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The nature of self

One thing that made Henry James a great novelist is that he was, on the one hand and like his brother, a great psychologist, and on the other hand he was capable of and willing to place two seemingly similar characters together then juxtapose them in just such a way as to show how very different they really are, as in the following conversation between Madame Merle and Isabel Archer in The Portrait of a Lady:

“When you’ve lived as long as I you’ll see that every human being has his shell and that you must take the shell into account. By the shell I mean the whole envelope of circumstances. There’s no such thing as an isolated man or woman; we’re each of us made up of some cluster of appurtenances. What shall we call our “self”? Where does it begin? where does it end? It overflows into everything that belongs to us—and then it flows back again. I know a large part of myself is in the clothes I choose to wear. I’ve a great respect for things! One’s self—for other people—is one’s expression of one’s self; and one’s house, one’s furniture, one’s garments, the books one reads, the company one keeps—these things are all expressive.”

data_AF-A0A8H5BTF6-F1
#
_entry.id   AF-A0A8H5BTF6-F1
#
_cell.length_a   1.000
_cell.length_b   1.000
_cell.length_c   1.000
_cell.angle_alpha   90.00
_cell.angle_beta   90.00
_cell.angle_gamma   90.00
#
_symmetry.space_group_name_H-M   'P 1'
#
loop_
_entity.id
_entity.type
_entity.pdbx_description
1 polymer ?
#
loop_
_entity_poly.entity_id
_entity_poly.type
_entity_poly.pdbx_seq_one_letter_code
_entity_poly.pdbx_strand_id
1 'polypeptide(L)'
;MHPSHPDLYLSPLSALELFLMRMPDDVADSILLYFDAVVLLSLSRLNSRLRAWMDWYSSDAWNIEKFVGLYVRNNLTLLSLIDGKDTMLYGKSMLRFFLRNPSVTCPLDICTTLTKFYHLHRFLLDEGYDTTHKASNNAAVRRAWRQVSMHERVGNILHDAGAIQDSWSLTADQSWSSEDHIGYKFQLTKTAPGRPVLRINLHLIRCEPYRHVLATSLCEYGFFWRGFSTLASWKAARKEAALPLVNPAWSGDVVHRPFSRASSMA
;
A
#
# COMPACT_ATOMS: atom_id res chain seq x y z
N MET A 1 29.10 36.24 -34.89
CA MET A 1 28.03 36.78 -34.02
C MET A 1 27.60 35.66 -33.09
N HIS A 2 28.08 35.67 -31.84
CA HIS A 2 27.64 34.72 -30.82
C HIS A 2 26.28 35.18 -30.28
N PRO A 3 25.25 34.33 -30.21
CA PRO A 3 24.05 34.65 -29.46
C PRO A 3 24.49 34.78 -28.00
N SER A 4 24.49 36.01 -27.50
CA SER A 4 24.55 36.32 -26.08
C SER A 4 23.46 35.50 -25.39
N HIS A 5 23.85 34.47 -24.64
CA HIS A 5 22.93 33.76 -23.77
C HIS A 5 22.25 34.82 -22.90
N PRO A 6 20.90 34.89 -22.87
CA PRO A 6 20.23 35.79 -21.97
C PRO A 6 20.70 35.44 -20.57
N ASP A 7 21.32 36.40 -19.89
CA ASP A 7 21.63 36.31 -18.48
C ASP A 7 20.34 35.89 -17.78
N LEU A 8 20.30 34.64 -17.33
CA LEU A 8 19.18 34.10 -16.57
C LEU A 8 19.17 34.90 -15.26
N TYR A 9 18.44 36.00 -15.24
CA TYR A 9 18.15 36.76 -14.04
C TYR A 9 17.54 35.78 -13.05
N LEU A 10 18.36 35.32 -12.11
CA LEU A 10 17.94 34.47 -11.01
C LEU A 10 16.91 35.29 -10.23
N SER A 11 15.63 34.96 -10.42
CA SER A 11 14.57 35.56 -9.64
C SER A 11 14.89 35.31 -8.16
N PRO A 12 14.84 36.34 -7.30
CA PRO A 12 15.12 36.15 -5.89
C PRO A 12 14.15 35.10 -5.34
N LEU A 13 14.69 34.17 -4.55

This was very metaphysical; not more so, however, than several observations Madame Merle had already made. Isabel was fond of metaphysics, but was unable to accompany her friend into this bold analysis of the human personality. “I don’t agree with you. I think just the other way. I don’t know whether I succeed in expressing myself, but I know that nothing else expresses me. Nothing that belongs to me is any measure of me; everything’s on the contrary a limit, a barrier, and a perfectly arbitrary one. Certainly the clothes which, as you say, I choose to wear, don’t express me; and heaven forbid they should!”

Then, with no subtlety whatsoever, Merle responds to Isabel’s objection with a compliment that reveals how little she thinks of Isabel’s claim: “You dress very well.” Isabel rejoins, but she’s clearly out of her league in this conversation, and it dies quickly. Nevertheless, the point is made: Merle believes self is malleable; Isabel believes it static. The revelation says much about both their characters.